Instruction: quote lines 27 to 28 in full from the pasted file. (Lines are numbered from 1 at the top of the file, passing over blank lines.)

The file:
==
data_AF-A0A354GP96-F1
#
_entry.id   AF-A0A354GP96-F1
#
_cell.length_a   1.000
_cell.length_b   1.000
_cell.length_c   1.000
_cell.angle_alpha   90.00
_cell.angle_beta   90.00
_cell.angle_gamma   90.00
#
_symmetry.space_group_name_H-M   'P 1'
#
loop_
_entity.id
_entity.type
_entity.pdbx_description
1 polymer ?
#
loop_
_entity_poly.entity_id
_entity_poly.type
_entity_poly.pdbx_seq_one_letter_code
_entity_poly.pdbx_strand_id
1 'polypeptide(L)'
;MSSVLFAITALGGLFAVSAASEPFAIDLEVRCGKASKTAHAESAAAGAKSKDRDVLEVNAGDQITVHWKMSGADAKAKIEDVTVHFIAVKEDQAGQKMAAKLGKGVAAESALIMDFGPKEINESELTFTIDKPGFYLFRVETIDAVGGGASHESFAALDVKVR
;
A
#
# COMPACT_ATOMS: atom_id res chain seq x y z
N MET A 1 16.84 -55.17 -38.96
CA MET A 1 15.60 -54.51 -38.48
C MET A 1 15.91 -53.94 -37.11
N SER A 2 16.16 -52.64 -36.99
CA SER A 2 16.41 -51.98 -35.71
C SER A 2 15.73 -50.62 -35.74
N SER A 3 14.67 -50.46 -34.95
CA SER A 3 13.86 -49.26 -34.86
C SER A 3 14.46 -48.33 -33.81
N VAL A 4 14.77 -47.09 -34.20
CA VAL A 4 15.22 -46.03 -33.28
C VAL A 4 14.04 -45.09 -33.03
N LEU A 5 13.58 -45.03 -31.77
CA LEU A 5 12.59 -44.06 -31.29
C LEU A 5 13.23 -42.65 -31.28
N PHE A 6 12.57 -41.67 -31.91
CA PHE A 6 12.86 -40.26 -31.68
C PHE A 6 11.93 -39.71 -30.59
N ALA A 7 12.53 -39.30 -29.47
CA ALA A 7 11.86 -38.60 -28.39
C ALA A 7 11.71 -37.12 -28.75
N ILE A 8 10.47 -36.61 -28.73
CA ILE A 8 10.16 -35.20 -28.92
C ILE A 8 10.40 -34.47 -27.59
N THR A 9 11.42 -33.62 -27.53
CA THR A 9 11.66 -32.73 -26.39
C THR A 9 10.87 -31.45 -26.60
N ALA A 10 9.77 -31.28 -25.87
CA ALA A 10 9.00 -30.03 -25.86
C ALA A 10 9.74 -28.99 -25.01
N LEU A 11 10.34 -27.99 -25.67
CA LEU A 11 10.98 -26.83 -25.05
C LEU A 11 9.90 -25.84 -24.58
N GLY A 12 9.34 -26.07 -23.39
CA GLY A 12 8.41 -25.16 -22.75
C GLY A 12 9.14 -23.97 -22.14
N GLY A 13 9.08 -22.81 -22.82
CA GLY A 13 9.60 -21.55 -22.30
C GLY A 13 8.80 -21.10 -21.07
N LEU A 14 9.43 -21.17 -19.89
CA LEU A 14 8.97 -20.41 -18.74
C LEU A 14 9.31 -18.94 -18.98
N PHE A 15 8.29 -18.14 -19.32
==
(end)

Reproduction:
;
A